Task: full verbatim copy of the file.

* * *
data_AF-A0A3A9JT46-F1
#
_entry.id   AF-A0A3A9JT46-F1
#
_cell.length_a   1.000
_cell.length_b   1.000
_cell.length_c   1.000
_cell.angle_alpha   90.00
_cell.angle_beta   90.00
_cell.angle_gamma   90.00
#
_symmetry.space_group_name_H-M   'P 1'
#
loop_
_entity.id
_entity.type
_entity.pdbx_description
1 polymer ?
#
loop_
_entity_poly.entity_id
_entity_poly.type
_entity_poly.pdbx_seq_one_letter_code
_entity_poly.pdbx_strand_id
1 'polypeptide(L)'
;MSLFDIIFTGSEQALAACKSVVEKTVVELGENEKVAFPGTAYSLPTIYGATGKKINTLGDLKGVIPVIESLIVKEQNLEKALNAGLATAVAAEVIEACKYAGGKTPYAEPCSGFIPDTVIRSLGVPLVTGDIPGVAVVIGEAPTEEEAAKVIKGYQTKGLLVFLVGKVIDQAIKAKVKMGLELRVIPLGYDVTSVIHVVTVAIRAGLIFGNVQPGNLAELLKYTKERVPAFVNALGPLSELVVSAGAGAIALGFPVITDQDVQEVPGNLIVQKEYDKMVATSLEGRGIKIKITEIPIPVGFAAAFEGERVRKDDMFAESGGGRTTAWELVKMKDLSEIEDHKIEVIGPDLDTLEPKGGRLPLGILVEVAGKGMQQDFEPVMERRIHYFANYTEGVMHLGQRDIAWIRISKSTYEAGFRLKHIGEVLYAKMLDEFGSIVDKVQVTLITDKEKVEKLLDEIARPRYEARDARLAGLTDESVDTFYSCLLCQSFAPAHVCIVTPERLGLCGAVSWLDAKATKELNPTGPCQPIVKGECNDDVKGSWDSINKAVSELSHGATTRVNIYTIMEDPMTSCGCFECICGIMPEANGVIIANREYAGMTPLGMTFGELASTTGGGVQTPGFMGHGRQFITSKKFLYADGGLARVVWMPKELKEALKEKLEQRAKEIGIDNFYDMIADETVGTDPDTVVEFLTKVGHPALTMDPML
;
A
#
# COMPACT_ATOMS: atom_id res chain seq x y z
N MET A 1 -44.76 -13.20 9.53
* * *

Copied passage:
data_AF-A0A3A9JT46-F1
#
_entry.id   AF-A0A3A9JT46-F1
#
_cell.length_a   1.000
_cell.length_b   1.000
_cell.length_c   1.000
_cell.angle_alpha   90.00
_cell.angle_beta   90.00
_cell.angle_gamma   90.00
#
_symmetry.space_group_name_H-M   'P 1'
#
loop_
_entity.id
_entity.type
_entity.pdbx_description
1 polymer ?
#
loop_
_entity_poly.entity_id
_entity_poly.type
_entity_poly.pdbx_seq_one_letter_code
_entity_poly.pdbx_strand_id
1 'polypeptide(L)'
;MSLFDIIFTGSEQALAACKSVVEKTVVELGENEKVAFPGTAYSLPTIYGATGKKINTLGDLKGVIPVIESLIVKEQNLEKALNAGLATAVAAEVIEACKYAGGKTPYAEPCSGFIPDTVIRSLGVPLVTGDIPGVAVVIGEAPTEEEAAKVIKGYQTKGLLVFLVGKVIDQAIKAKVKMGLELRVIPLGYDVTSVIHVVTVAIRAGLIFGNVQPGNLAELLKYTKERVPAFVNALGPLSELVVSAGAGAIALGFPVITDQDVQEVPGNLIVQKEYDKMVATSLEGRGIKIKITEIPIPVGFAAAFEGERVRKDDMFAESGGGRTTAWELVKMKDLSEIEDHKIEVIGPDLDTLEPKGGRLPLGILVEVAGKGMQQDFEPVMERRIHYFANYTEGVMHLGQRDIAWIRISKSTYEAGFRLKHIGEVLYAKMLDEFGSIVDKVQVTLITDKEKVEKLLDEIARPRYEARDARLAGLTDESVDTFYSCLLCQSFAPAHVCIVTPERLGLCGAVSWLDAKATKELNPTGPCQPIVKGECNDDVKGSWDSINKAVSELSHGATTRVNIYTIMEDPMTSCGCFECICGIMPEANGVIIANREYAGMTPLGMTFGELASTTGGGVQTPGFMGHGRQFITSKKFLYADGGLARVVWMPKELKEALKEKLEQRAKEIGIDNFYDMIADETVGTDPDTVVEFLTKVGHPALTMDPML
;
A
#
# COMPACT_ATOMS: atom_id res chain seq x y z
N MET A 1 -44.76 -13.20 9.53